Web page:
Gamma-ray Earth: This pixelated image depicts our own planet, Earth, as seen in 35 MeV gamma rays. This gives a different view of the Earth than is obtainable using visible light, which is composed of approximately 2 eV photons. The Earth's gamma-ray glow is indeed very faint, and this image was constructed by combining data from seven years of exposure during the life of the Compton Gamma Ray Observatory, operating in Earth orbit from 1991 to 2000. Brightest near the edge and faint near the center, the picture indicates that the gamma rays are coming from high in Earth's atmosphere. The gamma rays are produced as the atmosphere interacts with high energy cosmic rays from space, blocking the harmful radiation from reaching the surface. Astronomers need to measure Earth's gamma-ray glow, as it can interfere with observations of cosmic gamma-ray sources like pulsars, supernova remnants, and distant active galaxies powered by supermassive black holes.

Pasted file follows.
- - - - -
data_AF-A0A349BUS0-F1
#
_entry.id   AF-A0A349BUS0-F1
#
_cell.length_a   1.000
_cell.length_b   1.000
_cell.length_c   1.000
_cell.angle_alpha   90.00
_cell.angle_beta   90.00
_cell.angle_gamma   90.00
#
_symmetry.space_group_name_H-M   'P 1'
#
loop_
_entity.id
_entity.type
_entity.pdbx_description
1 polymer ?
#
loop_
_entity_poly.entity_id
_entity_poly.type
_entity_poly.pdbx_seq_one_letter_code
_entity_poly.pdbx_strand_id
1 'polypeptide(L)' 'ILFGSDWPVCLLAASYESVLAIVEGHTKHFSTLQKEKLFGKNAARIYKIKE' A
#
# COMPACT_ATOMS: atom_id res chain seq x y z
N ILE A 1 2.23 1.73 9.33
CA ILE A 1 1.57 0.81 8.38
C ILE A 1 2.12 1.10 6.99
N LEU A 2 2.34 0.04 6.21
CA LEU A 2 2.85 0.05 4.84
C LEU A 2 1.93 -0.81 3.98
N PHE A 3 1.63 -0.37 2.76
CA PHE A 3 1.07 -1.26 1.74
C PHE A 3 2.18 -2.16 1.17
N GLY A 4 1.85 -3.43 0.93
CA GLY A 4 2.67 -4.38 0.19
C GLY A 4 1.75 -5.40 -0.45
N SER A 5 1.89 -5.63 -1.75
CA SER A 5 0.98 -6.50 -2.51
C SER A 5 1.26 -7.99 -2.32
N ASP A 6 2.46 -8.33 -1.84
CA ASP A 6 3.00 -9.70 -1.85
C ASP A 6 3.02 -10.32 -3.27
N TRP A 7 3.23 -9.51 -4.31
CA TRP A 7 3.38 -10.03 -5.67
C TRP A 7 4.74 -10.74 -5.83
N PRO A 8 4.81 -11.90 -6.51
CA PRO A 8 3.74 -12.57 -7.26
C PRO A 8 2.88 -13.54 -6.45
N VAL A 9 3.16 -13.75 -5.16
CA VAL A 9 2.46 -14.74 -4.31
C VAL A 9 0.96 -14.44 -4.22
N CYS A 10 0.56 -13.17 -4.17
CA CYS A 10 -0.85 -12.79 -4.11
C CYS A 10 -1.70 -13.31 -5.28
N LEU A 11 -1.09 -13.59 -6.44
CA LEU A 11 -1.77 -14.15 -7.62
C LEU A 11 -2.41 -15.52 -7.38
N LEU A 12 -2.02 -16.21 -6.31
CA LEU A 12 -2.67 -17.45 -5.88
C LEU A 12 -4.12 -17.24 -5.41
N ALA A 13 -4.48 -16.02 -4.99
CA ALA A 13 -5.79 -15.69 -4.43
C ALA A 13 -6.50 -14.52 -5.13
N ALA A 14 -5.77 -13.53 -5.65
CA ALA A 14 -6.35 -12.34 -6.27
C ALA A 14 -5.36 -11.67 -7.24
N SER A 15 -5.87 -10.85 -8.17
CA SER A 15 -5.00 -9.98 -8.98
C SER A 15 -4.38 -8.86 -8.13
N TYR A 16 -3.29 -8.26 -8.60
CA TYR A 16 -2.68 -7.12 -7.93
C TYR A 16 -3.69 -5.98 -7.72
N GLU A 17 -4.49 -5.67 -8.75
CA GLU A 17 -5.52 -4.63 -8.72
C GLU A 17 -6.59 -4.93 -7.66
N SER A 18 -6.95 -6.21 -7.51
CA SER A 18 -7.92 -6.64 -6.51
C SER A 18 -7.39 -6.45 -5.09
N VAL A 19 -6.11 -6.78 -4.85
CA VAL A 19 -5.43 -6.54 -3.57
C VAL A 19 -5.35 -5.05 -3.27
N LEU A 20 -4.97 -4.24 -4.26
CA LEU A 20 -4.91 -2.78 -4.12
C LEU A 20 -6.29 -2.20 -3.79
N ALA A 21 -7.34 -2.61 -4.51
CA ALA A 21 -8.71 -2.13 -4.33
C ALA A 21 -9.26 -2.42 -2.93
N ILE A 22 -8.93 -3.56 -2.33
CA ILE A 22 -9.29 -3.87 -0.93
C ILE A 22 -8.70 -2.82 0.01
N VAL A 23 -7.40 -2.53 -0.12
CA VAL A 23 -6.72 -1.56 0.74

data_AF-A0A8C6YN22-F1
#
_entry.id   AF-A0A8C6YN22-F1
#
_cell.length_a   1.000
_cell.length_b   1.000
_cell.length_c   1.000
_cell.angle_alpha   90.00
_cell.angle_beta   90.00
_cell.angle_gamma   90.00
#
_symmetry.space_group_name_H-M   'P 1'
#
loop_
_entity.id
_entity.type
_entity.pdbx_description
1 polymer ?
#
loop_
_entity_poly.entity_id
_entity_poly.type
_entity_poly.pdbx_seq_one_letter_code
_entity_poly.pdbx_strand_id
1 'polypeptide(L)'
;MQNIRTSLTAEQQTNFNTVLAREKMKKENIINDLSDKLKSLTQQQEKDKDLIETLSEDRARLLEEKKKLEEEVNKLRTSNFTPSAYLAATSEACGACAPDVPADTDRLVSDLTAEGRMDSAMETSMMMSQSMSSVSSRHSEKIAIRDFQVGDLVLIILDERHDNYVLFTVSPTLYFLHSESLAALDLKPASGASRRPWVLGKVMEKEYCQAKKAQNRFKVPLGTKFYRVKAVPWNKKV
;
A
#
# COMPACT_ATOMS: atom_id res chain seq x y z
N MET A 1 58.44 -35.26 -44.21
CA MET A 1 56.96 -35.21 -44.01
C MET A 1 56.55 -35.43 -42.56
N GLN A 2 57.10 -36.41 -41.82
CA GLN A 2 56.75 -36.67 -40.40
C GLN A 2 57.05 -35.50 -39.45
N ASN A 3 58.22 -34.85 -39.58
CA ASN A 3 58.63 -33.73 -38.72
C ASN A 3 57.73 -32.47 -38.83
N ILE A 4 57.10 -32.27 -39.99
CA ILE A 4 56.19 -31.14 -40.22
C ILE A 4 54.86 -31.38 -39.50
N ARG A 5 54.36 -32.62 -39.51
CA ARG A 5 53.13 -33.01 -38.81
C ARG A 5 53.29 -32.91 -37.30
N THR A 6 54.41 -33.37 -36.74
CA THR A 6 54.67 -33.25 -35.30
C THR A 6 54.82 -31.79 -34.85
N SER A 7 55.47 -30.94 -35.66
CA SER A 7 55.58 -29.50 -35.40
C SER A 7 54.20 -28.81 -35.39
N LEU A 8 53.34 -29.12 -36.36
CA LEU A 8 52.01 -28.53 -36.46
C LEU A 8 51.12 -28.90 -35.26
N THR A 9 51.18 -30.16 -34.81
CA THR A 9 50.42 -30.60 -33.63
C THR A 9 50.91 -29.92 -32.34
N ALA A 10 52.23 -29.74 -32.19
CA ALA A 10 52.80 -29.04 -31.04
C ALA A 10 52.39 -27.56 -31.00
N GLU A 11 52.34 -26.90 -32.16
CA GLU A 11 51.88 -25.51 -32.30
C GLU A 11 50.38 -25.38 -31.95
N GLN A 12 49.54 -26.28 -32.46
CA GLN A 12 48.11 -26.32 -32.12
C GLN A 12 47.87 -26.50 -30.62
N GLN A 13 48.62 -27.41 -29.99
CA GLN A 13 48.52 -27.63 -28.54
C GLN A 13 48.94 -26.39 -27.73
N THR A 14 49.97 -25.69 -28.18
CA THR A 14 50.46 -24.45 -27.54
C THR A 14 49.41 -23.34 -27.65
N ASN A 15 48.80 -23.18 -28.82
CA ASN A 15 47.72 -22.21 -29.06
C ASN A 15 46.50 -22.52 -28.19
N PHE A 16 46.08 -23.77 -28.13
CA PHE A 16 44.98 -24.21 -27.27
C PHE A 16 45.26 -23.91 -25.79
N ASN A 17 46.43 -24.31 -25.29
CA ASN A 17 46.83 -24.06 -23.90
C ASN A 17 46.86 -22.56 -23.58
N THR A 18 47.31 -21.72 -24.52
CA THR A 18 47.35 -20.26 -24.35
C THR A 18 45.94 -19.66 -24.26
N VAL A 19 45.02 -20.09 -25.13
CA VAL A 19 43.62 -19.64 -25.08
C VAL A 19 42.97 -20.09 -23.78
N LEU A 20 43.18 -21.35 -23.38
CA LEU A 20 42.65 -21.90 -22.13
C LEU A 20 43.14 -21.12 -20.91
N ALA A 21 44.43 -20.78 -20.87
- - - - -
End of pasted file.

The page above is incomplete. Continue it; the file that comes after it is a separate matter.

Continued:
Credit: Dirk Petry (GLAST Science Support Center), EUD, EGRET, NASA)
We’ve known about gamma-ray bursts from space since 1967, from data collected by the Vela military satellites. Vela’s mission was to look for nuclear explosions in the atmosphere or in space from behind the Moon. Scientists were aware of a high energy radiation background, but Vela was looking for sudden bursts of such radiation that might indicate that a nuclear bomb had been detonated.
I have witnessed almost all of the history of this science story. By the time I came to Santa Cruz, in 1983, it was only 10 years after their discovery. When I joined the field, people like Stan Woosley and Stirling Colgate were the leading experts on the hypothetical sources of gamma-ray bursts. We thought they were in the Galaxy, and they were probably related to neutron stars. This is quite a long time ago. In the meantime we’ve learned they are of cosmological origin and we understand now that the long duration bursts are related to supernovae, albeit a special sub-class.